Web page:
EWAN Williamson told his family he was worried a firefighter would be killed due to a lack of training – just a week before he died.
The brave firefighter told his mother and sisters that he feared budget pressures had prompted training cuts in the fire service.
His concerns were revealed after the Scottish Fire and Rescue Service was fined £54,000 for health and safety breaches in connection with his death.
The 35-year-old died as he tackled a blaze in the basement of the former Balmoral Bar in Dalry Road on July 12, 2009.
Sentencing the fire service at the Court of Session yesterday, Lord Uist paid tribute to Mr Williamson’s “courage, dedication and professionalism”.
The sentencing brought an end to nearly six years of legal proceedings – however yesterday’s hearing brought little comfort for the Williamson family.
“[Ewan] went on to say that it would not be long before these cuts led to the death of a firefighter. His words have been echoed by many of the firefighters we have spoken to since his death”Family statement
His relatives and the Fire Brigades Union renewed their calls for a fatal accident inquiry (FAI) to avoid an “unnecessary” tragedy happening again.
Mr Williamson had raised concerns about a lack of training during a family meal in Kinross with mother Linda and sisters Rachel, who was visiting from the United States, and Rebecca.
A family statement said: “He went on to say that it would not be long before these cuts led to the death of a firefighter. His words have been echoed by many of the firefighters we have spoken to since his death.”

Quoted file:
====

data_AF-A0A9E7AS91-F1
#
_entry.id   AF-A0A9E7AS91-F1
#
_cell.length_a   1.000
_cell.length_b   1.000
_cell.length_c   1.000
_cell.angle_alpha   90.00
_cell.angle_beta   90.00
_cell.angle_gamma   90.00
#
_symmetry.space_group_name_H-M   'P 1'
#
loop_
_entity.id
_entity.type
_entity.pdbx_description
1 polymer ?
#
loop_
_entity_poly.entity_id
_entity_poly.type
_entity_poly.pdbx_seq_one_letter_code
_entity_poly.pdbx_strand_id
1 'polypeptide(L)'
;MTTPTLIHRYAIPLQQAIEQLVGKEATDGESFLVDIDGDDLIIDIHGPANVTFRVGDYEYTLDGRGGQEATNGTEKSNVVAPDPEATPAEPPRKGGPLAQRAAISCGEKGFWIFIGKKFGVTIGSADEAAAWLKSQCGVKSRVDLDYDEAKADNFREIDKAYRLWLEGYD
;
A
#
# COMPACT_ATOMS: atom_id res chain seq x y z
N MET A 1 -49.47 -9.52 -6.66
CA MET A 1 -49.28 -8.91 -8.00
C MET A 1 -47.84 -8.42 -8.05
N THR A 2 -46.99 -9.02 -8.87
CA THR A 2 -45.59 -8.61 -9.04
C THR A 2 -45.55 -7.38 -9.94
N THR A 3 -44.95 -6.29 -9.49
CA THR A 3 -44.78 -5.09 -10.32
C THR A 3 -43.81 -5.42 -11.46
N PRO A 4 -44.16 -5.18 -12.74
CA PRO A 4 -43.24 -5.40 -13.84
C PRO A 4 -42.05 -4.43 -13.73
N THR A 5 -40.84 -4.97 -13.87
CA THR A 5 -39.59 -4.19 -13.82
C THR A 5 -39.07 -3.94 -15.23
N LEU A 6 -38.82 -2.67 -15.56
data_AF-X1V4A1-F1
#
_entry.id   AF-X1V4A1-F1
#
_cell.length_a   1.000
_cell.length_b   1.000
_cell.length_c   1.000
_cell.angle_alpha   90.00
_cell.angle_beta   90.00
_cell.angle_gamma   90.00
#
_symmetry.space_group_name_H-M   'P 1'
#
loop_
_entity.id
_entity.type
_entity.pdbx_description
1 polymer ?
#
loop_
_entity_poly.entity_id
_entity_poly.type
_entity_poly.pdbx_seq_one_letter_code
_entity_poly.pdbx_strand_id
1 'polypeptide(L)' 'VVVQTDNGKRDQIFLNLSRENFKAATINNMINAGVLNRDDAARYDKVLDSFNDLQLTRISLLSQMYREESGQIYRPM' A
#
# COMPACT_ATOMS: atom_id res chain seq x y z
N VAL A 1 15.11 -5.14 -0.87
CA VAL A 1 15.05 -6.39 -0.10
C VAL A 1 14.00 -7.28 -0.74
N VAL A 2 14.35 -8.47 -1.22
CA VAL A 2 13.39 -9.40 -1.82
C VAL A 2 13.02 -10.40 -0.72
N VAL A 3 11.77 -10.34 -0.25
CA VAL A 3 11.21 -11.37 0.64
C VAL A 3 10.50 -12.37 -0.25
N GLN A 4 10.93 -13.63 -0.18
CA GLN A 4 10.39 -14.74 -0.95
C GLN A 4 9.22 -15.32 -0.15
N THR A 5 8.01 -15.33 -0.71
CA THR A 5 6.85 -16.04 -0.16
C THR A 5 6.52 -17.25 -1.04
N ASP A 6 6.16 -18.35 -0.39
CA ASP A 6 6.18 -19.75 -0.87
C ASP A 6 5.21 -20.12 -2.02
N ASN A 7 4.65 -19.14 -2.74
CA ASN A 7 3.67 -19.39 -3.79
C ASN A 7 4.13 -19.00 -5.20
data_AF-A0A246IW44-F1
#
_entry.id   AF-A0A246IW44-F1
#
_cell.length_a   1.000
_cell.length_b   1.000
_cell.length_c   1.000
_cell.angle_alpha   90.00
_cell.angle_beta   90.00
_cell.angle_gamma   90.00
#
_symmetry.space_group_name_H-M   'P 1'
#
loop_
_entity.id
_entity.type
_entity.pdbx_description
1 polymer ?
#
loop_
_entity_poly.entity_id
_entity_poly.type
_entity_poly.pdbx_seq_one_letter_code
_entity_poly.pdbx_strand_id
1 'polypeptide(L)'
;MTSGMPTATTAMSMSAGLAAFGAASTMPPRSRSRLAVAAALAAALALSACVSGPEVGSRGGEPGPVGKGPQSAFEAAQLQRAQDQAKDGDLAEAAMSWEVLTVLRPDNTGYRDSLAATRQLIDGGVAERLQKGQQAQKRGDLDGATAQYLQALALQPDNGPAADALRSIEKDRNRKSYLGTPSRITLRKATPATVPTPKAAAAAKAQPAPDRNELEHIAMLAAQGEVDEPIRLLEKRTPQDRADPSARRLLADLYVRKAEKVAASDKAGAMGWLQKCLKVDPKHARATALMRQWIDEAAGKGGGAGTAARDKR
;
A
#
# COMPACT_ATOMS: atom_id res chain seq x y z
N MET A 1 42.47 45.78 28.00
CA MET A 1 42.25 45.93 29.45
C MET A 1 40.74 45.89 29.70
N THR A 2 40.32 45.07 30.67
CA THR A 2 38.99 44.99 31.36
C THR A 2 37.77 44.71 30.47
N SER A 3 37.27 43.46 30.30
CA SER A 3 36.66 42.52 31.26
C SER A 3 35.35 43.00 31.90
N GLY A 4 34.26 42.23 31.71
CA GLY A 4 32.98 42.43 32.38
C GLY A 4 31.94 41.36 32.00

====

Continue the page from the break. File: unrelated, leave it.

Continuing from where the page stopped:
Mr Williamson’s relatives said it was “difficult to know” if anything positive had come out of the prosecution, adding that they placed more importance on lessons being learned from that night, rather than punishing fire service leaders.
The FBU shared the family’s view and highlighted that a fine could have the “perverse outcome” of limiting training budgets.
FBU general secretary Matt Wrack said: “Ewan Williamson died in the line of duty, serving his local community. It is unacceptable that this process has taken this long. We need much quicker systems so that the fire service can implement changes immediately to improve firefighter safety.”
Andy Fulton, of Mr Williamson’s old Lothian and Borders brigade, said an FAI would be essential in order to learn full lessons from the tragedy.
He added: “Ewan was a friend to all who knew him and a brilliant firefighter and comrade. He will always be in our thoughts as we fight to improve the safety of all firefighters.”
Lord Uist said he would have fined the service £60,000 if it had gone to trial, dropping it to £54,000 in light of the guilty plea tendered last month.
He said: “This case, which involved an isolated failing, falls very much at the lower end of the scale of criminal culpability.
There has been a prompt acceptance of responsibility and co-operation of the highest degree by an employer with a good health and safety record.”